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Problem, let [itex]B=[/itex]{[itex]a_1,a_2,a_3[/itex]} be a basis for [itex]C^3[/itex] defined by [itex]a_1=(1,0,-1)[/itex] [itex]a_2=(1,1,1)[/itex] [itex]a_3=(2,2,0)[/itex]

Find the dual basis of [itex]B[/itex].

My Solution. Let [itex]W_1[/itex] be the subspace generated by [itex]a_2=(1,1,1)[/itex] [itex]a_3=(2,2,0)[/itex], lets find [itex][/itex] [itex]W*[/itex], where [itex]W*[/itex] is the set of linear anihilator of [itex]W_1[/itex]. Consider the system:

\begin{align*}

\begin{bmatrix}1 & 1 & 1 \\ 2 & 2 & 0 \\\end{bmatrix} &\begin{bmatrix} x_1 \\x_2\\x_3 \\\end{bmatrix}

=0

\end{align*}

solving this will yeild [itex]x_2=-x_1[/itex] and [itex]x_3=0[/itex]

so from this, by assinging [itex]x_1=1[/itex] ,we find out that the map [itex]f_1=x_1-x_2[/itex].

Similarly,

Let [itex]W_2[/itex] be the subspace generated by [itex]a_2=(1,0,-1)[/itex] [itex]a_3=(2,2,0)[/itex], lets find [itex][/itex] [itex]W*[/itex], where [itex]W*[/itex] is the set of linear anihilator of [itex]W_2[/itex]. Consider the system:

\begin{align*}

\begin{bmatrix}1 & 0 & -1 \\ 2 & 2 & 0 \\\end{bmatrix} &\begin{bmatrix} x_1 \\x_2\\x_3 \\\end{bmatrix}

=0

\end{align*}

solving this will yeild [itex]x_2=-x_1[/itex] and [itex]x_3=x_1[/itex]

so from this, by assinging [itex]x_1=1[/itex] ,we find out that the map [itex]f_2=x_1-x_2+x_3[/itex].

Finally,

Let [itex]W_3[/itex] be the subspace generated by [itex]a_2=(1,1,1)[/itex] [itex]a_3=(1,0,-1)[/itex], lets find [itex][/itex] [itex]W*[/itex], where [itex]W*[/itex] is the set of linear anihilator of [itex]W_3[/itex]. Consider the system:

\begin{align*}

\begin{bmatrix}1 & 1 & 1 \\ 1 & 0 & -1 \\\end{bmatrix} &\begin{bmatrix} x_1 \\x_2\\x_3 \\\end{bmatrix}

=0

\end{align*}

solving this will yeild [itex]x_2=-2x_1[/itex] and [itex]x_3=x_1[/itex]

so from this, by assinging [itex]x_1=1[/itex] ,we find out that the map [itex]f_3=x_1-2x_2+x_3[/itex].

So far so Good. The issue is that the last map [itex]f_3[/itex]does not agree with the solution I have, but every other thing is the same.Note that I have the final solution with a diffrenet method of solution than mine. In the solution, I got that [itex]f_3=-1/2x_1+x_2-1/2x_3[/itex], I know that I assigned [itex]x_1=1[/itex] when I was trying to find [itex]f_3[/itex], and I could get the same answer if I put [itex]x_1=-1/2[/itex].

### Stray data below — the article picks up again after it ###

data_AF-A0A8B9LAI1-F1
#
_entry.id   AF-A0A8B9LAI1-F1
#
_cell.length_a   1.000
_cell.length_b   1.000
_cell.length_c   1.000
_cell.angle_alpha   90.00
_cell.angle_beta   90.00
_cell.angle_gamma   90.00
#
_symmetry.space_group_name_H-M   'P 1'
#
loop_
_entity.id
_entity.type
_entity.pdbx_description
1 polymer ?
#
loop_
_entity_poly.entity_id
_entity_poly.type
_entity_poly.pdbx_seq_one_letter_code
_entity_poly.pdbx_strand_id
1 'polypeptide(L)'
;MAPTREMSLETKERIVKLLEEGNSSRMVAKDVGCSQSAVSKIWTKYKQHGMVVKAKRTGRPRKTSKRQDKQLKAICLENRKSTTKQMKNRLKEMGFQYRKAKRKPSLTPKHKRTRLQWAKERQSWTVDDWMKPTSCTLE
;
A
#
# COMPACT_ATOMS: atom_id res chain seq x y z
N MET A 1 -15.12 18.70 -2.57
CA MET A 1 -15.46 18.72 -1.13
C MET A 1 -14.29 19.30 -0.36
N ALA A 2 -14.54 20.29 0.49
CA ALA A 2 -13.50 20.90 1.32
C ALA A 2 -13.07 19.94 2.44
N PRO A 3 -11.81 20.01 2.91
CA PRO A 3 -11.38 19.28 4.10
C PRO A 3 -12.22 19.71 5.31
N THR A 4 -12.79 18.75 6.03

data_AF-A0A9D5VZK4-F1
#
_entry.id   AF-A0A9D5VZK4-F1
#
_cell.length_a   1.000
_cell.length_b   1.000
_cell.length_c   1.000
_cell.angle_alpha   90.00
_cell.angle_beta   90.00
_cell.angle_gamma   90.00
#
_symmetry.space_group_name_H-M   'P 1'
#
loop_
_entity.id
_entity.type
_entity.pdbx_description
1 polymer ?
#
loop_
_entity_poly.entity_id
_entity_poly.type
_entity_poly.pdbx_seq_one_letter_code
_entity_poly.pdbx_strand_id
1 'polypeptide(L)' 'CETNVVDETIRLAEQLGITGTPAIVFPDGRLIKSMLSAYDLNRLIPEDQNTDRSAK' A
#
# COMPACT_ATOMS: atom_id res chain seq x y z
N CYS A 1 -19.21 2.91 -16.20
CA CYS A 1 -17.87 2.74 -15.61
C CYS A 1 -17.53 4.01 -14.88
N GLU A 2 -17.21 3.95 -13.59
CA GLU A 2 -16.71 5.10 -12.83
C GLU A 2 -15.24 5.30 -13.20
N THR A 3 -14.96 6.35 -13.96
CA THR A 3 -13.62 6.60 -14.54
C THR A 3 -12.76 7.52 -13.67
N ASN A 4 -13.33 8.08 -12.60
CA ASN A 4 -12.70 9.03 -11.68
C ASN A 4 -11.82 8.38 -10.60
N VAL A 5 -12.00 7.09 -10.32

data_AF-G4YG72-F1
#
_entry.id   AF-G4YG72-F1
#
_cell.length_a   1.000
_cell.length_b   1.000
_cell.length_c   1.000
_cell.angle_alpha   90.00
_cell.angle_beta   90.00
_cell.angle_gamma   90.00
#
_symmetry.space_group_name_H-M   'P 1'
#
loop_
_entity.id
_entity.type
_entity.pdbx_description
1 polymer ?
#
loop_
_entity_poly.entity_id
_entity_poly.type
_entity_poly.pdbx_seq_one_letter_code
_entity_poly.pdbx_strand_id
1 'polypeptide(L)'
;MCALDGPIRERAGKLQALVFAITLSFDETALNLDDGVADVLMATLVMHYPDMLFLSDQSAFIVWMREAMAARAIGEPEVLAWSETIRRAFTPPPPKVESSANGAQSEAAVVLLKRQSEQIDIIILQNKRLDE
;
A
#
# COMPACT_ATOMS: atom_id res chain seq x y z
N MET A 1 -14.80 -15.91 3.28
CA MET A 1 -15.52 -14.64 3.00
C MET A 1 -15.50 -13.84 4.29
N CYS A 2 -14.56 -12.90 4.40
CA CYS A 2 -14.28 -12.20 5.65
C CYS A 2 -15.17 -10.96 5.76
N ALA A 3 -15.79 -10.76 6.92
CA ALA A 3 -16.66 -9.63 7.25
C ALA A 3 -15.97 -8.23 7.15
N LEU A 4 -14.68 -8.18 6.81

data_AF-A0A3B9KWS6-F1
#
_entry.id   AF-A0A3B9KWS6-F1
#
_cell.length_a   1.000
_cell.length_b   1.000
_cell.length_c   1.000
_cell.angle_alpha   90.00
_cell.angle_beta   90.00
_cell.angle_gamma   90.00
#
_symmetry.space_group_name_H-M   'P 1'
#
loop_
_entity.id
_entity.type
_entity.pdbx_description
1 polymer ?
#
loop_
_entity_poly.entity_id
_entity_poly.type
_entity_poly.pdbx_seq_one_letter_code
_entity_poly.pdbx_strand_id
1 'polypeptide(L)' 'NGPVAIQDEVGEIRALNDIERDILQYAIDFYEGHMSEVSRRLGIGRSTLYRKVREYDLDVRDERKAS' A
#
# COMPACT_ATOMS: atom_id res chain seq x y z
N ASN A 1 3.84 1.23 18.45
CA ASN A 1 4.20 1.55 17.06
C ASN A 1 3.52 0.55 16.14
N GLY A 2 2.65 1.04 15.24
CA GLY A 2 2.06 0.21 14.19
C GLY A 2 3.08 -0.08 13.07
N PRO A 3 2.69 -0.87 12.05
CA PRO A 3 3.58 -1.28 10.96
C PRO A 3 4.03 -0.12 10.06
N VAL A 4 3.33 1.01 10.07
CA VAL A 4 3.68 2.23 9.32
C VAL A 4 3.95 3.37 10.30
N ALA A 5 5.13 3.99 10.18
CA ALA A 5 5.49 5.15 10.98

This significantly affect the nature of the map. i.e.

let [itex](5,4,2)\in C^3[/itex], then

[itex](5,4,2)=1(1,0,-1)+3(1,1,1)+1/2(2,2,0)[/itex]

so we have [itex]c_1=1, c_2=3, c_3=1/2[/itex]. while

[itex]f_1(5,4,2)=1[/itex],

[itex]f_2(5,4,2)=3[/itex],

[itex]f_3(5,4,2)=-1[/itex]

so note that [itex]c_3 \ \ does \ \ not \ \ equal \ \ f_3(5,4,2)[/itex]

While if I used the map [itex]f_3=-1/2x_1+x_2-1/2x_3[/itex] we get that [itex]f_3(5,4,2)=1/2[/itex]. The equality should ocuur since [itex]f_3[/itex]is a vector in the dual which determine the scalar [itex]c_3[/itex].

So my explanation is that I should consider also another equation to each system saying that [itex]c_1x_1+ c_2x_2 + c_2x_3=1[/itex] for each system depending on our choice of the vectors to determine [itex]c_1,c_2,c_3[/itex].

My question, Is this method always work when we find the Dual basis to a given Basis?.

Because I figured this method by myself using a similar method to find anihilator space along with the fact that [itex]dim \ \ W + dim \ \ of \ \ annihilator \ \ space= dim \ \ V[/itex]

, where [itex]W\subset V[/itex]